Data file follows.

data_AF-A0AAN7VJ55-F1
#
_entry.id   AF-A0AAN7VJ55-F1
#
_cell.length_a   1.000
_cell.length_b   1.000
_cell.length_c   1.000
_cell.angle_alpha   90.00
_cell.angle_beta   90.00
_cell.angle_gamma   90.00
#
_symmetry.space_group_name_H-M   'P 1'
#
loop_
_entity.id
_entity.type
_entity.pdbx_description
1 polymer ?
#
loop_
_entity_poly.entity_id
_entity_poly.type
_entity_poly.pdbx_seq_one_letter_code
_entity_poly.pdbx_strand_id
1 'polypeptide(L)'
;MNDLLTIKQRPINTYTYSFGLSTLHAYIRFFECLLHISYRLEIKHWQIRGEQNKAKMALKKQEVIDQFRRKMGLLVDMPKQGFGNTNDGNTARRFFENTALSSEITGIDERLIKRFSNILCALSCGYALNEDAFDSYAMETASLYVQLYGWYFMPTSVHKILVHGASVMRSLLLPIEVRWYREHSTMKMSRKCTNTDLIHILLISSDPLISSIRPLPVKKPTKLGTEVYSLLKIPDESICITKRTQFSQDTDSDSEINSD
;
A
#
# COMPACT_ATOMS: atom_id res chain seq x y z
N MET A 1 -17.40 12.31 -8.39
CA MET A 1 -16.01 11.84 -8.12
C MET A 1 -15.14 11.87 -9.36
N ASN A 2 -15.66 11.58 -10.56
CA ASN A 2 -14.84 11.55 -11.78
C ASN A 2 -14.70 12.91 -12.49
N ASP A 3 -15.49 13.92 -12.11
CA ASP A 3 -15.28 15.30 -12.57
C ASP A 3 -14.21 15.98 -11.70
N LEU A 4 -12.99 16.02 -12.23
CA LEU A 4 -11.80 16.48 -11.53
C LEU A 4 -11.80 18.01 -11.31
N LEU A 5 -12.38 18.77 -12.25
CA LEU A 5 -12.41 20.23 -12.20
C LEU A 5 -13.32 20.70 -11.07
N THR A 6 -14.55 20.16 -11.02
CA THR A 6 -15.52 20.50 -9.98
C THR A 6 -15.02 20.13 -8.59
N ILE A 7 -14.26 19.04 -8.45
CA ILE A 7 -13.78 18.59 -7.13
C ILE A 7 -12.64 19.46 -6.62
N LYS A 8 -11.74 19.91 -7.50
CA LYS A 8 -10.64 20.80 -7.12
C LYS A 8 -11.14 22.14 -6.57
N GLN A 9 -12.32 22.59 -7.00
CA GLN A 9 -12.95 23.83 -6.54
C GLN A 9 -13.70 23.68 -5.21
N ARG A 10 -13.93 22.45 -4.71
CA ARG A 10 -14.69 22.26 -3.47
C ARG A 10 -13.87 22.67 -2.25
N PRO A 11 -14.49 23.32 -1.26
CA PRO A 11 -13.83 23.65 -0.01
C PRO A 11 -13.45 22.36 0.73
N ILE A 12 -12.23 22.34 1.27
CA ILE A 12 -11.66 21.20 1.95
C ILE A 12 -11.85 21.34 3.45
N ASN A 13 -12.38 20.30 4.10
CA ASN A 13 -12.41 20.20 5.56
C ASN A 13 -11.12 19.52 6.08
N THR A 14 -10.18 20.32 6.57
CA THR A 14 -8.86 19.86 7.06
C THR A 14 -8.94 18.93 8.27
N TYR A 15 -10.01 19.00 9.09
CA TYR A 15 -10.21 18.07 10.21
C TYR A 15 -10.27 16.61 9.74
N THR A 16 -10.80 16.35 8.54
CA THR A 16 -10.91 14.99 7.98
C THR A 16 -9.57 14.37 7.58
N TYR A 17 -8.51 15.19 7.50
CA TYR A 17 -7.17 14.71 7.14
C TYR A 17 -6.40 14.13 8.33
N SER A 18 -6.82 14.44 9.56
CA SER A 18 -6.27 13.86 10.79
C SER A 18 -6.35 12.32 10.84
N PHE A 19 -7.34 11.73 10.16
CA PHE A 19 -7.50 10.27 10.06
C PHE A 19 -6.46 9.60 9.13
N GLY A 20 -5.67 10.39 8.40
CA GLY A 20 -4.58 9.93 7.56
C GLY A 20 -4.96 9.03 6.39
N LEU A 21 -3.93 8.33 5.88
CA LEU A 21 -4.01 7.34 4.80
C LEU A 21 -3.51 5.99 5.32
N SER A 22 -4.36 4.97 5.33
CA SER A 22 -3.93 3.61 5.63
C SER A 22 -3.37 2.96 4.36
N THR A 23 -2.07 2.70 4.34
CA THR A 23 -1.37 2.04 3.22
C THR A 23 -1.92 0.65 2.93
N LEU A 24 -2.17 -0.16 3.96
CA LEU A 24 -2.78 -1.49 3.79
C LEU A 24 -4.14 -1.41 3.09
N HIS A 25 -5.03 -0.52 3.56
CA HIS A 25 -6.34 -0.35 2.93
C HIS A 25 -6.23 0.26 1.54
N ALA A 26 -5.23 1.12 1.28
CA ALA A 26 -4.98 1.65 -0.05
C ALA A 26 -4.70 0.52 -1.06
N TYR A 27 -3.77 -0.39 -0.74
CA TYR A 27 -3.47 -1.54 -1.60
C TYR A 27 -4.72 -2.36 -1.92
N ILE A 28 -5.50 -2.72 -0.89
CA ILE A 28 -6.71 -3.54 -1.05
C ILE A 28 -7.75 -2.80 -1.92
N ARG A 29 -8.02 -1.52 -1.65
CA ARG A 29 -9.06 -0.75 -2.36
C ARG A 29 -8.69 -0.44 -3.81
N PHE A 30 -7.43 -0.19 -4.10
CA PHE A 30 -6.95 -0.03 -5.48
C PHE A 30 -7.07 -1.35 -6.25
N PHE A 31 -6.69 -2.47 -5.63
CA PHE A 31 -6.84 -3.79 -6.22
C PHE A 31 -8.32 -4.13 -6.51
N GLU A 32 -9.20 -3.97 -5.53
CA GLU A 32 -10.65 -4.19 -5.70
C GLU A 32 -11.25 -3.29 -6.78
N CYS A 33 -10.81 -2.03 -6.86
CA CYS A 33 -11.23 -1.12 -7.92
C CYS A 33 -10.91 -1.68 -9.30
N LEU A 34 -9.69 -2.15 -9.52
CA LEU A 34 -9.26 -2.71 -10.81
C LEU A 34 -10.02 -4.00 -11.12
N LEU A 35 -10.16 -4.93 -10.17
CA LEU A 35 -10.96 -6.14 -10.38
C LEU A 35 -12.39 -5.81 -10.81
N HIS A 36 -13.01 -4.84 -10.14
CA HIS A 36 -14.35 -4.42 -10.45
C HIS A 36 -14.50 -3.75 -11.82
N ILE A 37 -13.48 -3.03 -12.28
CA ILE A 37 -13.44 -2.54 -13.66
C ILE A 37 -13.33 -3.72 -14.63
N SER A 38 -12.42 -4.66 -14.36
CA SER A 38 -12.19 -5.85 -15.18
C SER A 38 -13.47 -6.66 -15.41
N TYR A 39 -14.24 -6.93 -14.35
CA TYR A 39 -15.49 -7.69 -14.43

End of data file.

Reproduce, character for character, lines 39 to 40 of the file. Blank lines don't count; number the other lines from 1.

C ASP A 3 -14.21 15.98 -11.70
N LEU A 4 -12.99 16.02 -12.23